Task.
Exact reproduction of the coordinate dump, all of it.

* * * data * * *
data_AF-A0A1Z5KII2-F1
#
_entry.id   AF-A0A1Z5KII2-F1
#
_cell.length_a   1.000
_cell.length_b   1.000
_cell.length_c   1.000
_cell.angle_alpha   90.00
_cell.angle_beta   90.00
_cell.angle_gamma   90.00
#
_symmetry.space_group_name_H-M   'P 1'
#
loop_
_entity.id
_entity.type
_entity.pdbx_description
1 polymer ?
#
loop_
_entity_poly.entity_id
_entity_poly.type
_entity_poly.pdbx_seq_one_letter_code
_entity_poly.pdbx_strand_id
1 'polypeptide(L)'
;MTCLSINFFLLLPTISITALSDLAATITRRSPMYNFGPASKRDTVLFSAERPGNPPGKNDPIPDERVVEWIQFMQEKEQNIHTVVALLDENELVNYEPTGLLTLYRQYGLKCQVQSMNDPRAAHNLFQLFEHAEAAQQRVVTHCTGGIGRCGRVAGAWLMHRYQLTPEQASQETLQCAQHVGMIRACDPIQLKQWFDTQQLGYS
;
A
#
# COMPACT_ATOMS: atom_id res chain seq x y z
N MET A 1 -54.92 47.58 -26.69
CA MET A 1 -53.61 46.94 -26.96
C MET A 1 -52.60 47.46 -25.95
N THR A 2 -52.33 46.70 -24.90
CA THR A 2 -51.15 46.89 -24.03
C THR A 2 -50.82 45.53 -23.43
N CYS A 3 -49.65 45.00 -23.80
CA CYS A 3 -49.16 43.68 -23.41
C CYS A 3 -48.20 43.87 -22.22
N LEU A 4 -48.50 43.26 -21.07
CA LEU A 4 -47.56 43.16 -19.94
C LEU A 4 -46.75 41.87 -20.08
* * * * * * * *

data_AF-A0A1Z5KII2-F1
#
_entry.id   AF-A0A1Z5KII2-F1
#
_cell.length_a   1.000
_cell.length_b   1.000
_cell.length_c   1.000
_cell.angle_alpha   90.00
_cell.angle_beta   90.00
_cell.angle_gamma   90.00
#
_symmetry.space_group_name_H-M   'P 1'
#
loop_
_entity.id
_entity.type
_entity.pdbx_description
1 polymer ?
#
loop_
_entity_poly.entity_id
_entity_poly.type
_entity_poly.pdbx_seq_one_letter_code
_entity_poly.pdbx_strand_id
1 'polypeptide(L)'
;MTCLSINFFLLLPTISITALSDLAATITRRSPMYNFGPASKRDTVLFSAERPGNPPGKNDPIPDERVVEWIQFMQEKEQNIHTVVALLDENELVNYEPTGLLTLYRQYGLKCQVQSMNDPRAAHNLFQLFEHAEAAQQRVVTHCTGGIGRCGRVAGAWLMHRYQLTPEQASQETLQCAQHVGMIRACDPIQLKQWFDTQQLGYS
;
A
#
# COMPACT_ATOMS: atom_id res chain seq x y z
N MET A 1 -54.92 47.58 -26.69
CA MET A 1 -53.61 46.94 -26.96
C MET A 1 -52.60 47.46 -25.95
N THR A 2 -52.33 46.70 -24.90
CA THR A 2 -51.15 46.89 -24.03
C THR A 2 -50.82 45.53 -23.43
N CYS A 3 -49.65 45.00 -23.80
CA CYS A 3 -49.16 43.68 -23.41
C CYS A 3 -48.20 43.87 -22.22
N LEU A 4 -48.50 43.26 -21.07
CA LEU A 4 -47.56 43.16 -19.94
C LEU A 4 -46.75 41.87 -20.08